Shropshire v. USA - 2255

Filing 2

MEMORANDUM. Signed by Judge Catherine C. Blake on 5/9/2022. (c/m 5/9/22 bmhs, Deputy Clerk)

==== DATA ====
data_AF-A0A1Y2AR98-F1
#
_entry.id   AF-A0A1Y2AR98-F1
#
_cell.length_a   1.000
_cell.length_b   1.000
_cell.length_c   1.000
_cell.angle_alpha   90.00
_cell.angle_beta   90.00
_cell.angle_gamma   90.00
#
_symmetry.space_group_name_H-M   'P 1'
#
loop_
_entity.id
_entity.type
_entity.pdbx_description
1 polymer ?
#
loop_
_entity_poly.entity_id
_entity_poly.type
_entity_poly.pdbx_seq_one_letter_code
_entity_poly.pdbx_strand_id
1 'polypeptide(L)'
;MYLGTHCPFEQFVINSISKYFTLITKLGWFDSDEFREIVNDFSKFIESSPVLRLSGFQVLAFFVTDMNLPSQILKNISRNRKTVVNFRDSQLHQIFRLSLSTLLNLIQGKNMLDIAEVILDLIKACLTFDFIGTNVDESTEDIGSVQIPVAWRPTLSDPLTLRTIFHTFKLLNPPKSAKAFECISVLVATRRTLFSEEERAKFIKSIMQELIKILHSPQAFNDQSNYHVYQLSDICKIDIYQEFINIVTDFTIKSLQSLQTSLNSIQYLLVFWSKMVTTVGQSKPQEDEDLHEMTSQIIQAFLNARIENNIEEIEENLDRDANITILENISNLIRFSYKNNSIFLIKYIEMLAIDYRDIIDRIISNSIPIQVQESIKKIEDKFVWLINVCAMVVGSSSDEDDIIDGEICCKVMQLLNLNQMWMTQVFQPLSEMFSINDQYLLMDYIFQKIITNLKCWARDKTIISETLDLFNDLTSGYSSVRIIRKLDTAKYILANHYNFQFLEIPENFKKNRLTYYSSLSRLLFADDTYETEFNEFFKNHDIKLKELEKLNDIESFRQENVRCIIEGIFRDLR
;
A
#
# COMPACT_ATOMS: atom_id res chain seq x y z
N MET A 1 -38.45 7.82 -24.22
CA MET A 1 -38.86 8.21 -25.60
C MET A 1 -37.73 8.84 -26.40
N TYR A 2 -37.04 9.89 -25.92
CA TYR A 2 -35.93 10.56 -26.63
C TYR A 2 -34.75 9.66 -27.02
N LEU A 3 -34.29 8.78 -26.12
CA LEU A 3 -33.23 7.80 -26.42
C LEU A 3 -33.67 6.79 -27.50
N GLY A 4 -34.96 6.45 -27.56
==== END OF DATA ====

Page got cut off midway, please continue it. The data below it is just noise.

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Case 1:21-cv-00202-CCB Document 2 Filed 05/09/22 Page 1 of 4 IN THE UNITED STATES DISTRICT COURT FOR THE DISTRICT OF MARYLAND UNITED STATES Criminal Action No. CCB-16-051 v. Civil Action No. CCB-21-202 ANTONIO SHROPSHIRE MEMORANDUM Antonio Shropshire was convicted by a jury of several drug-related offenses and on February 16, 2018, was sentenced to 300 months in prison. (ECF 353) His convictions were affirmed by the Fourth Circuit on June 24, 2020. (ECF 427-1). He filed a timely motion to vacate under 28 U.S.C. § 2255. (ECF 454) The government has filed a response (ECF 479), and Shropshire has filed a reply (ECF 480). 1 For the reasons explained below, the motion will be denied. Shropshire first raises two issues related to the fact that certain papers he says he needed for trial preparation were removed from his cell: (A) the government interfered with his attorney/client relationship and his right to prepare for trial, and (B) the government interfered with his due process and right to choose whether to testify, in violation of his Sixth Amendment “autonomy” interest. From the representations made during the trial, it appears that jail officials learned from one or more recorded jail calls that Shropshire was discussing personal identification information for government witnesses with a third party. Out of concern for the witnesses’ safety, the papers were removed from Shropshire’s cell by jail officials and reviewed by a prosecutor in the U.S. Attorney’s Office not connected with the case. These circumstances 1 Shropshire also has filed several related motions for an evidentiary hearing (ECF 466), to disregard the government’s opposition (ECF 475), and to compel a ruling (ECF 484). 1 Case 1:21-cv-00202-CCB Document 2 Filed 05/09/22 Page 2 of 4 are corroborated by Shropshire’s affidavit explaining he was given a summary with names and dates of birth of witnesses which he later provided to his girlfriend on a phone call asking her to look them up on Maryland case search. (ECF 454, Ex. 3 at 2–3.) The government proffered that all the documents were returned to Shropshire’s counsel, with the exception of a document apparently prepared by a paralegal that contained the witnesses’ personal information. (ECF 404 at 153.) Trial counsel Alfred Guillaume, who had been representing Shropshire since July 2017 (ECF 203), agreed that documents had been returned to him, which he returned to his client, but according to Shropshire, not all his notes were returned to him until after the trial. Even assuming that to be true, he has demonstrated nothing specific that would interfere with his due process or Sixth Amendment rights. He was represented by counsel, who properly had possession of the discovery material and was prepared to present Shropshire’s case at trial. (ECF 399 at 228–29.) Shropshire has made no specific showing of any missing document that interfered with trial counsel’s ability to prepare for trial and to represent Shropshire competently and effectively. He refers to two witnesses that might have been called (ECF 454 at 13–14) but does not identify them or explain why he would have waited until the eve of trial to advise his attorney of their names and contact information. Nor has he shown how any missing document interfered with his choice of whether to testify. The information he says he wanted to explain to the jury (ECF 454 at 12–13) was all information known to him at the time. Nor is there any evidence that the prosecutors trying the case against Shropshire had access to his notes or other documents. In summary, no constitutional violation has been proven. 2 2 The court does not rely on procedural default as a basis for resolving this issue. 2 Case 1:21-cv-00202-CCB Document 2 Filed 05/09/22 Page 3 of 4 Shropshire’s third argument (C) is that his trial counsel was ineffective for failure to object to inadmissible testimony. He appears to focus on out-of-court statements made by coconspirators and essentially raises a sufficiency of the evidence argument about the government’s proof of a conspiracy. But that evidence was extremely strong, and the statements were admissible. See, e.g., U.S. v. Smith, 441 F.3d 254, 261–62 (4th Cir. 2006) (affirming district court’s admission of statements by co-conspirators). Any objection made by counsel would have been overruled, and counsel was not ineffective for failing to raise such objections. Shropshire’s fourth argument (D) is that Christopher Davis, the counsel who represented him from April 2017 through late July/early August of 2017, when Shropshire had again asked for a new attorney, failed to explain an “informal” plea offer made by the government. Failure to convey a plea offer may amount to ineffective assistance of counsel. See, e.g., Missouri v. Frye, 566 U.S. 134, 145 (2012) (“[A]s a general rule, defense counsel has the duty to communicate formal offers from the prosecution to accept a plea on terms and conditions that may be favorable to the accused.”); Lafler v. Cooper, 566 U.S. 156, 163 (2012) (“In the context of pleas a defendant must show the outcome of the plea process would have been different with competent advice.”) But it is not at all clear there ever was a formal offer from the government, and in any event the correspondence attached to Shropshire’s motion indicates that Davis had several discussions with Shropshire about his guidelines, his option for cooperating, and the likelihood of a lengthy sentence if Shropshire were not willing to cooperate (ECF 454 Exs. 5–8.) Indeed, Shropshire in his affidavit states that he was dissatisfied with Davis because “all he wanted to talk about was me going to prison if I didn’t cooperate with the government” and “I didn’t want to cooperate with the government.” (See ECF 454 Ex. 3, at 1; see also Attorney Inquiry Hearing Transcript, ECF 391 at 7.) For Shropshire now to assert that, if he had known 3 Case 1:21-cv-00202-CCB Document 2 Filed 05/09/22 Page 4 of 4 about the alleged informal offer for 10 years with cooperation, 3 he would have taken that deal, defies belief. Shropshire’s fifth argument (E) is that his appellate counsel was ineffective for failing to raise sentencing issues on direct appeal. He fails, however, to identify any meritorious issue that should have been raised, instead rearguing the evidence as to his involvement in the conspiracy and the drug quantity reasonably foreseeable to him. Finally, as to the ineffective assistance issues, Shropshire has not shown prejudice as there is no reason to believe that the outcome of the trial would have been different but for counsels’ alleged errors. See Strickland v. Washington, 466 U.S. 668, 694 (1984) (“The defendant must show that there is a reasonable probability that, but for counsel’s unprofessional errors, the result of the proceeding would have been different.”) An evidentiary hearing is not necessary to resolve the issues raised in this motion. Further, Shropshire has shown no basis for this court to issue a certificate of appealability. See 28 U.S.C. § 2253(c)(2) (“A certificate of appealability may issue under paragraph (1) only if the applicant has made a substantial showing of the denial of a constitutional right.”) (emphasis added); Slack v. McDaniel, 529 U.S. 473, 483–84 (2000) (describing the “substantial showing” standard). A separate order follows. 5/9/2022 Date /s/ Catherine C. Blake United States District Judge 3 Interestingly, Shropshire says the document setting forth the informal offer was not returned to him although the cover letter was. (ECF 454 at 25.) 4